On Thursday I went into town in time for the midday Mass, and afterward I met a friend for lunch. He went back to work. I tried to study - tried to get ready - to focus my attention at least. But I couldn't do it. The course to start on Friday morning was The Literature of Resistance, and my theory book was fascinating and my poetry book entrancing, and the lyric mourning of Elie Wiesel's Night almost too beautiful for sorrow, almost too sorrowful for beauty ... well, I just didn't have it in me to read The Little School or Woman at Point Zero. I think perhaps I'd already gone as far as I could go without company. I needed my classmates with me for the rest of the material.

Because I'm still me. I'm still the me I've been becoming all these years, and I was once the me who could not witness verbal arguments without beginning to shake like a sort of nervous purse dog -- or survivor. And what did I have to survive? Who could be sad in Pleasantville? Sadness is just so very unpleasant, and I'm sure it was not allowed.

Thursday night, I walked to another neighborhood eatery. The places for meals and conviviality are as thick as the falling leaves in that neighborhood. A visitor once asked some of us if there was a place close by where he could get a good beer - and we laughed at him. "Go out onto the sidewalk," we said. "Throw a rock, and head to whatever building it hits. There's probably a good beer in there. A burger too, if you want one."

It's been a long time since I met people for a 6:30 dinner and didn't leave the restaurant until 8:30. One glass of wine - Prosecco, actually - because Prosecco goes with nearly everything in a pasta place. One meal of Rigatoni Zuccati. Only a couple of pieces of bread. And the conversation flowed, and the food took me an hour to eat, and it was good all the way to the bottom of the dish, and perhaps if I ate every meal that way, I would always sleep like a contented baby, safe and quiet inside, safe and quiet surrounding me.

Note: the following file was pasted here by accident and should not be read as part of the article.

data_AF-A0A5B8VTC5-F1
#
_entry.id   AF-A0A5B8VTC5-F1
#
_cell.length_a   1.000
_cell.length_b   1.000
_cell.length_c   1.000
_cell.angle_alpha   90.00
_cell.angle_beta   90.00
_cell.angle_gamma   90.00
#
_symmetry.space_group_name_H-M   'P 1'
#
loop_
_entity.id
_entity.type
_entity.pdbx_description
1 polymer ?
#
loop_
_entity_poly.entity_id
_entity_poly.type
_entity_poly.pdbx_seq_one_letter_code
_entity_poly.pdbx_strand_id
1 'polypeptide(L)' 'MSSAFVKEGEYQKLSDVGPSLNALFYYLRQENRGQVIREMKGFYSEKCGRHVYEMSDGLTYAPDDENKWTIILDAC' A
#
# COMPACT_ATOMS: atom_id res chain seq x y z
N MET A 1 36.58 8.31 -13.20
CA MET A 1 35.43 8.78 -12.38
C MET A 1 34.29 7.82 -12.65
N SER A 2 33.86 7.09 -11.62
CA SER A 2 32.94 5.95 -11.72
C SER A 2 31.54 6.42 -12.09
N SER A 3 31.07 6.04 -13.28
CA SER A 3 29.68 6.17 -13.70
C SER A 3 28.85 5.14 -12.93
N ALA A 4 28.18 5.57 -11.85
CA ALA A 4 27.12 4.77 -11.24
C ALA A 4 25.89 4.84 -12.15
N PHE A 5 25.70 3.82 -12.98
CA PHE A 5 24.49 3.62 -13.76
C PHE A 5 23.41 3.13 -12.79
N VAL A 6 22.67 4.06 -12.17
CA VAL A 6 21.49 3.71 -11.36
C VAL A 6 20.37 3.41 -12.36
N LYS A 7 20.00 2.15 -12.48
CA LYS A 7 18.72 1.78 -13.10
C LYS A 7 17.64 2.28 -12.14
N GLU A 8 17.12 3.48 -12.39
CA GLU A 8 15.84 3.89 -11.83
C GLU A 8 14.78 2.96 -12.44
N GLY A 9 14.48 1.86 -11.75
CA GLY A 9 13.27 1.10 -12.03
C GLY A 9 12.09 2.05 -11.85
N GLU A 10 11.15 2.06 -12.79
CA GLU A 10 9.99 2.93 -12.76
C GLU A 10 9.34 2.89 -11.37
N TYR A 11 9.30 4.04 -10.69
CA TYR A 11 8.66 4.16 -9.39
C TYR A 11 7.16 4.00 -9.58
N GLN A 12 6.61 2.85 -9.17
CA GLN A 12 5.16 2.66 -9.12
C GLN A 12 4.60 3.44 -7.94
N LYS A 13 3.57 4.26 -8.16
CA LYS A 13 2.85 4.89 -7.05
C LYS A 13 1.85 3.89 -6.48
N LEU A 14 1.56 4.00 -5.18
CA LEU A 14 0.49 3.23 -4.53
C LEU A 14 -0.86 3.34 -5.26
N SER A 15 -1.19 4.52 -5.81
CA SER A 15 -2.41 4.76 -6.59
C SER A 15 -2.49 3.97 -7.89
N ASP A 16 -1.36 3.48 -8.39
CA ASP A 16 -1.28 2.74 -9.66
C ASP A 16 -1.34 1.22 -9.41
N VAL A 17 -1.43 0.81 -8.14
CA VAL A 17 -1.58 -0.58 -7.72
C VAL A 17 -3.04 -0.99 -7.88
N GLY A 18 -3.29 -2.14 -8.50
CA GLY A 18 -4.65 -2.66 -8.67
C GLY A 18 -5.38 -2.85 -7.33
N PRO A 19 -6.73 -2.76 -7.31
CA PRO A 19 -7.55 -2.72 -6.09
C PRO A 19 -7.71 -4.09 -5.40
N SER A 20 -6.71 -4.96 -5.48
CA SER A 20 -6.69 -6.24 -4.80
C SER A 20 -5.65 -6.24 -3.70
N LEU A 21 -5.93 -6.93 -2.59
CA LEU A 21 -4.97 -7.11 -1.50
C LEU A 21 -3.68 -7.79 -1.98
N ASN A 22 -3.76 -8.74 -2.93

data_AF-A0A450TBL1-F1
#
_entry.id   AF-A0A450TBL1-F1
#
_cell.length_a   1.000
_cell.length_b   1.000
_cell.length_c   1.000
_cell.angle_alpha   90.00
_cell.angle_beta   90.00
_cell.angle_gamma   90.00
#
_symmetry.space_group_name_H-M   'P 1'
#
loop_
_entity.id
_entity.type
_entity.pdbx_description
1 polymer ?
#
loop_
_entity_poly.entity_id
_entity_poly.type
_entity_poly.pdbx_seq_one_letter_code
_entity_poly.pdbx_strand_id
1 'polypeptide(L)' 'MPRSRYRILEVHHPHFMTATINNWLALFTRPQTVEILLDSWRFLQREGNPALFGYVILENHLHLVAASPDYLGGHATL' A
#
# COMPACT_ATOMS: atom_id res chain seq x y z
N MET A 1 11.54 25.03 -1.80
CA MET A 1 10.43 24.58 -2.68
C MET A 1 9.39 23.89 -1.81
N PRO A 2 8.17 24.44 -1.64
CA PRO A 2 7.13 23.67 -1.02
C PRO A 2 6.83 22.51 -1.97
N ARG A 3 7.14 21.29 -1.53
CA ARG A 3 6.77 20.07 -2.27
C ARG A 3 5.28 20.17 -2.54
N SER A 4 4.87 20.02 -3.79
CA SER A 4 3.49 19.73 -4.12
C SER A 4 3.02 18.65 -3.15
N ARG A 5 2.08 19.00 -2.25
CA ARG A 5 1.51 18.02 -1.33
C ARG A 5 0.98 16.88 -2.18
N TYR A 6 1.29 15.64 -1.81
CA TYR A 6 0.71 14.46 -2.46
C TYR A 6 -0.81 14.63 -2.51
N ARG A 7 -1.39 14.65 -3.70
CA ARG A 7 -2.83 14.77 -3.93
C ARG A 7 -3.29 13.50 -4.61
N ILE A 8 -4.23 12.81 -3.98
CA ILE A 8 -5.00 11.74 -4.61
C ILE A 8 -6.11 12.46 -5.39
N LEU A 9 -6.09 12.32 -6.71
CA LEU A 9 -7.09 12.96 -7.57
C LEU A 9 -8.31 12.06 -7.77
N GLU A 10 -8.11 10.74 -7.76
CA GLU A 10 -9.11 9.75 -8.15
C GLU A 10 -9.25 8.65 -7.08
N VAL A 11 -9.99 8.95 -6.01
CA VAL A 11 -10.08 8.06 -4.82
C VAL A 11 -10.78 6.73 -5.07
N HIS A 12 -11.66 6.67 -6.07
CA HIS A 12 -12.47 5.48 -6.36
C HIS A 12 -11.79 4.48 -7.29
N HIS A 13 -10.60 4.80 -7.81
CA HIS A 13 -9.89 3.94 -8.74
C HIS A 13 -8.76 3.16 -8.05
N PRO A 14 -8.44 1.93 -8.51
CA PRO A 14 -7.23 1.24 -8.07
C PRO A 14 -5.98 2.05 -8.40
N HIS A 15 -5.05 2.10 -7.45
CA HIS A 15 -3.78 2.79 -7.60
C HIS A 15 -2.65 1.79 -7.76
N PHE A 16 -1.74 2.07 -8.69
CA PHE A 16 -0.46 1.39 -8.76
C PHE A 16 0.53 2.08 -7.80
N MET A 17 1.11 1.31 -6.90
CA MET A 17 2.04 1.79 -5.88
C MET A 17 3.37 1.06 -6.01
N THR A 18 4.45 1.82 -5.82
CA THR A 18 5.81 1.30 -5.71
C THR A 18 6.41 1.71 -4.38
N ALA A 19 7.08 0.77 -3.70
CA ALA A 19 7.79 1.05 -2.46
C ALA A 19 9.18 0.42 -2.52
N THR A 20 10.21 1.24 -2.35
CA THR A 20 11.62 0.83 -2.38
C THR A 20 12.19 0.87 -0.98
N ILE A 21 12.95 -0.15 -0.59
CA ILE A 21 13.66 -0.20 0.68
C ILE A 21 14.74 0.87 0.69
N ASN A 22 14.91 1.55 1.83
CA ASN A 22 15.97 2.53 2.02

Because I am still me. I am the me I have been becoming my whole life, and I was once afraid to be. To be in the moment. To be at the party. To be without performance or presentation. I've learned at last to be, and to be happy at dinner with people who are interesting because they're interested. (It's even more fun when they're in love.)

And Friday morning came. What is the speech act of testimony? What is it for? What does it do? How do we listen and how do we try not to listen and why?

The boy who wanted only to be his father's son and never can forget the sounds of his own fear as they beat his father senseless - never can forget the sounds of his father's death. The woman screaming about the chimneys and the fire and made silent by her fellow prisoners in a cattle car, who even then could not imagine chimneys and fire and silence. The Plague crept in and stole the people away. They did not stop it before it closed their town. Plague could not happen. Not now. Not here. They could not imagine it. We cannot imagine it.

Because that is what it is.

It is us.

We. You. Me.

We could not imagine it, and so it happened.

And we're still us. We are the us we've been becoming our whole lives.


1 comment:

Jenny Sasser said...

Stephanie, I really appreciate how you are carrying the lovely notion "Because I am still me. I am the me I have been becoming my whole life" from essay to essay. This is a powerful idea--that we have continuity while unfolding, that we change, sometimes quite dramatically, and the change itself is who we are. Thank you!